Mike Murphy

This never works when I try it at home, but I was taught to always assume consent and move forward toward the close. In other words, if the customer is nodding her head, assume that moving the sales call to the next step is the right move. The next step might be that all-important and conclusive “yes” that you are seeking.

Now, I find out that when my wife nods her head, she might only be acknowledging my right to exist - I might not be anywhere near closing the sale.

Selling is a complicated trade. There are all kinds of approaches to consider. If you’re old school, you may have come up through the Xerox Sales Training program, or perhaps you are a huge Zig Ziglar fan. Great programs to follow, but they are so yesterday.

Today, there are millions to choose from; in fact, there are 77,800,000 sales training programs in 0.23 seconds according to a lightning fast Google® search. They are ubiquitous. They are everywhere.

It is almost as if sales training programs have been institutionalized in this country. In fact, a great number of them actually are sales institutes. There is the Media Sales Institute, the Mediation Training Institute, the A Fluent Vision Sales Institute, the cleverly named Institute of Sales Training, and the STI International, which I believe is an abbreviation for Sales Training Institute International. There is even the Sales and Service Training Institute at Tomorrow’s Workplace for people who don’t yet have sales jobs.

As you may have surmised, there is a lot of sales training going on. The average professional salesperson today has been exposed to 5.2 sales training programs. The majority of those were attended in the first 13-1/2 months of his or her sales careers.*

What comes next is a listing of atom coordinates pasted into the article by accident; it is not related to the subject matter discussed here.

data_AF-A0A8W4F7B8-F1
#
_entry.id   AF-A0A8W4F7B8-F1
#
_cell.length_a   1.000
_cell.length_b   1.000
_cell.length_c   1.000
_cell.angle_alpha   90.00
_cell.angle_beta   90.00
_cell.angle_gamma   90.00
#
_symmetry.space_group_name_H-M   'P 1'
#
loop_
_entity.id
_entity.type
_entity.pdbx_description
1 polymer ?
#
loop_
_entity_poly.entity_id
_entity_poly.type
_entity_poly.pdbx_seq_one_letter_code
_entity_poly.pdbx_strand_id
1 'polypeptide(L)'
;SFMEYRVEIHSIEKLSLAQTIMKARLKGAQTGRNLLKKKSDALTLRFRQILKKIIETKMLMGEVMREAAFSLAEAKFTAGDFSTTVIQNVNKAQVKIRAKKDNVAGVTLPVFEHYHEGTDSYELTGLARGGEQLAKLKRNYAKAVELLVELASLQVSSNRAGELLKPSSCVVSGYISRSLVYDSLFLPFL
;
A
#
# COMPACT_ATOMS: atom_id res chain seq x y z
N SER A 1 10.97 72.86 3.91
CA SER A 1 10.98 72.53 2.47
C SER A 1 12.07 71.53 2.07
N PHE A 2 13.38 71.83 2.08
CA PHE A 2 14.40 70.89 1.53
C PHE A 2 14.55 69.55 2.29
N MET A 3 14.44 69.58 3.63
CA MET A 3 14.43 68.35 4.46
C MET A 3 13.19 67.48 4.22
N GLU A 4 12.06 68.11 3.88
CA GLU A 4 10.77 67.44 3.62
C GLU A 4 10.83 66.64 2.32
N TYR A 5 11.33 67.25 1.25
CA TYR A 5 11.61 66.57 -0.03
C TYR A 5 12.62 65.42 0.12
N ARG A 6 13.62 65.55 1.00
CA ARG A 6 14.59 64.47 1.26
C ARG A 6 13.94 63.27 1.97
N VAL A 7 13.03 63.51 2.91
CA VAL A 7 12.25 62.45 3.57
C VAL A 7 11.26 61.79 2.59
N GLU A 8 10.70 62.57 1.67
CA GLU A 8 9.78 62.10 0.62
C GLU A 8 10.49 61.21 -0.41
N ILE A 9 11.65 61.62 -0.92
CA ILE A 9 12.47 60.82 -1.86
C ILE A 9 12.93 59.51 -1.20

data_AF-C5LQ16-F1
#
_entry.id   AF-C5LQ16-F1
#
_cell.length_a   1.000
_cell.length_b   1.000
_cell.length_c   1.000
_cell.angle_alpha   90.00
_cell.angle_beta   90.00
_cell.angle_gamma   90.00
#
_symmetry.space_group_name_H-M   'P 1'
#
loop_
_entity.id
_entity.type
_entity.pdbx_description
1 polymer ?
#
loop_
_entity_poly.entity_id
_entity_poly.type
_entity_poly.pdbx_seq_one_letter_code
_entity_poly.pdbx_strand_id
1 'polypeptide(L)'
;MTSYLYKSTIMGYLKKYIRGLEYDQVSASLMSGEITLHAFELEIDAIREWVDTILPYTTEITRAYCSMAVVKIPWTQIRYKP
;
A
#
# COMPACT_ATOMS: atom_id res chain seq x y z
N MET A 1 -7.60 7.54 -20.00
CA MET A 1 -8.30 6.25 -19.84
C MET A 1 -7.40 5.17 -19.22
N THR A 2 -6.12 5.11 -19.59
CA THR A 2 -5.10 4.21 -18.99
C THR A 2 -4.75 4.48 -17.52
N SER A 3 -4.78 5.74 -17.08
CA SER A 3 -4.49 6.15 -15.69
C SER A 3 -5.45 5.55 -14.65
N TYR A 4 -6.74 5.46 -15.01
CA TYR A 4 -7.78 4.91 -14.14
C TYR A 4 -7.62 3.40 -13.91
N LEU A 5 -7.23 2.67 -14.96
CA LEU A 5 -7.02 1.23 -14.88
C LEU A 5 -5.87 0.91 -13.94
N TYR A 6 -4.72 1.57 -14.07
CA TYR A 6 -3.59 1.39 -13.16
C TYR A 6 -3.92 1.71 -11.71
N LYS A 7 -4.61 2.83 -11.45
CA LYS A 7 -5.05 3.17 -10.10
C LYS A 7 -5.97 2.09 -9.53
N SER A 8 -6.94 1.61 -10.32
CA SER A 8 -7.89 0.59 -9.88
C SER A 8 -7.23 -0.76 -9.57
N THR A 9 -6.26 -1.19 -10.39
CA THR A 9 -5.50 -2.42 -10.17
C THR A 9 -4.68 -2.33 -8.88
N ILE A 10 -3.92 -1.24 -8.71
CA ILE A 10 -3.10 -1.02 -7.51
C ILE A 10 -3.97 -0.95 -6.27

But how do most of them react to the training? New salespeople usually look forward to sales training, experienced salespeople might be more apt to simply tolerate it. Regardless, every few years the boss makes every sales person take more sales training.

A VARIETY OF OPTIONS

A sales training program I was actually quite fond of was a social style program which utilizes Myers-Briggs questions and provides you with plot points within four style quadrants. Though everyone possesses some traits of all four styles, one finds during the training that most people exhibit identifiable buying tendencies that can be associated with a dominant social style. The theory goes that if you can figure out the quadrants, the Driver, Expressive, Analytical, and Relater … well, you can sell to just about anybody.

However, even the four-quadrant approach has gotten kind of crazy. There must be about 23 variations. Now, you can even associate personality styles with animals. Yes, people can be pigs, cows, pigeons, or dogs. The theory goes, if you can figure out which animal your customer is similar to, you can appeal to their inner being … and of course, close the sale.

SELLING MADE EASY

As you can tell, I surely jest today about sales training. The worst I ever had was wonderful. I always learn something new in a sales class, and I’m sure most of you do, as well. However, may I share one simple sales concept that has sometimes served me well? Only sometimes, because sometimes I forget to abide by the concept - we have two ears and one mouth, listen and talk in a two-to-one ratio. Yes, very simple. Listen twice as much as we talk.

Perhaps this is good advice not only to budding salespeople, but also for the more-experienced ones as well. It is at trade shows, home and garden shows, and the like, where I seem to run into the boisterous and excitable rookies, and the extremely talkative, seasoned veterans of the HVAC selling trade. I am sure that a show floor environment brings out the carny in all of us, the peddler hawking his wares. “Come one, come all, buy what I’m selling today, a bargain at any price!”

Let us trust that professional salespeople leave the show floor hyperbole back at the booth when they are sitting across the table from a customer in the confines of a kitchen or a conference room.

*Murphy’s Law: I made up those numbers. If you ever make up numbers, it is always best to use decimals or fractions. This will make you appear much more believable.

Publication date: 03/02/2009